– Servy
    Commented Nov 2, 2016 at 16:37
  • 6
    Oh, yea, I remember back in 2011 when SE pulled all the mods in and told them that short questions were no longer allowed because they result in bad SEO. That totally happened.
    – user1228
    Commented Nov 2, 2016 at 16:38
  • 2
    @BigHunterUK Just remember that correlation does not necessarily mean causation. :) That the image matches the poster's claim isn't surprising- Of course they would want an image that backs up what they're saying. A lot of what's in that post, though, is just plain wrong. Just because a question is short does not mean it will be closed- So long as it is on-topic and has what's needed to answer it. Just because a question is hard to answer also does not mean it will be closed, it's just a tough question. I believe I myself have questions fitting one or the other criteria.
    – Kendra
    Commented Nov 2, 2016 at 16:45
  • 10
    @BigHunterUK At least you thought to confirm the post rather than just believe it and going on a hate quest against Stack Overflow. The point of posts like that is to hate on Stack Overflow and try to show what's wrong with the site. Sadly, most of the posts against Stack Overflow are filled with falsehoods and misinformation, usually because the poster just does not understand the site as they think they do. And don't worry about the downvotes on your post here- I'm pretty sure they're just in disagreement with the premise of Stack Overflow only wanting quality for SEO reasons.
    – Kendra
    Commented Nov 2, 2016 at 16:51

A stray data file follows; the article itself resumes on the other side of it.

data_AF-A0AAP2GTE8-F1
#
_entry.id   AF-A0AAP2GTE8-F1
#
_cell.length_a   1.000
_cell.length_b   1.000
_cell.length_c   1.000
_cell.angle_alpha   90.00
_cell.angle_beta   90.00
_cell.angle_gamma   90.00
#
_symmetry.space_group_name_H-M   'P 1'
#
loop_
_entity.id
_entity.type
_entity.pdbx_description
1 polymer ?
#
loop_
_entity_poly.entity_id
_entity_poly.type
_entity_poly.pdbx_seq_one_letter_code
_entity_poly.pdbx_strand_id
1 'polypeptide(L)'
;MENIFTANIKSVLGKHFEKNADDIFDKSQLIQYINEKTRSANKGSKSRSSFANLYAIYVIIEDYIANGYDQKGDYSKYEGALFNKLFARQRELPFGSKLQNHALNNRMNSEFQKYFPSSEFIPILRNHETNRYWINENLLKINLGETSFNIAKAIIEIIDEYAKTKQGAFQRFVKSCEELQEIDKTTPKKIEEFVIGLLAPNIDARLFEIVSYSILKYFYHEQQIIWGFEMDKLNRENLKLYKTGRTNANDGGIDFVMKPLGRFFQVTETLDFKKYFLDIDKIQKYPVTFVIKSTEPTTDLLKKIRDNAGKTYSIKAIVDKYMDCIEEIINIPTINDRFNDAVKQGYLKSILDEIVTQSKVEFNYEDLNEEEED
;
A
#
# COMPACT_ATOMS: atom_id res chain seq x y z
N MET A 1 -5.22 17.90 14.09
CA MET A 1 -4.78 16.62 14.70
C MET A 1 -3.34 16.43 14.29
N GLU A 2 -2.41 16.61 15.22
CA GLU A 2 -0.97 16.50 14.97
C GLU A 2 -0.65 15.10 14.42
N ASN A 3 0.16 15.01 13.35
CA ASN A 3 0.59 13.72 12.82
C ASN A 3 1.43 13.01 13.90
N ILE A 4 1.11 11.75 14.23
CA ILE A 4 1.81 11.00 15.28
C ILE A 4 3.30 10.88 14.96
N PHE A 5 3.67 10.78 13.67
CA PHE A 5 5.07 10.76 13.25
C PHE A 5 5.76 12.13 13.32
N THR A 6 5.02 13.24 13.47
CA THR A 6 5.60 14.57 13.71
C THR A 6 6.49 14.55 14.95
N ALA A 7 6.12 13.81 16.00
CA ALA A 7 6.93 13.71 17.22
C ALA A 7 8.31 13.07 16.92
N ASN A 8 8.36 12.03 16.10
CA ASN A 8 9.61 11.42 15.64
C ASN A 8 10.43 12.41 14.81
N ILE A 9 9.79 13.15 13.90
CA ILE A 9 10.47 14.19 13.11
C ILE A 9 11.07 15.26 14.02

• 16
    I love that first graph's caption: The number of questions closed as a result of Google’s Panda update. Ummm... what? Was there a new close reason "Because Panda" that I missed? Commented Nov 2, 2016 at 16:58
  • 6
    I was on a mobile device earlier when I saw this, but I managed to read the rest of the article. All I can really think is, I'm not going to miss this person from Stack Overflow, and I can only be happy for them in their finding a site that works for them.
    – Makoto
    Commented Nov 2, 2016 at 17:45

2 Answers 2


No, SO's high quality standards and the motivation to improve the quality of posts on the site isn't new, or a response to a change in Google. The site was founded with the goal of creating high quality questions with high quality answers, specifically because those founders were just so frustrated at having to deal with other sites just being full of crap; they wanted to create a place that was different. That happened years before the change in Google's algorithm that the article refers to.

The entire reason that SO got as big as it has, and that it has maintained it for as long as it has, is precisely because it does have those high quality standards for posts. Arguing that SO would be doing much better if it removed/dropped its quality standards would be to say that it should be doing what all of the competitors that SO has completely dominated for years kept doing unsuccessfully.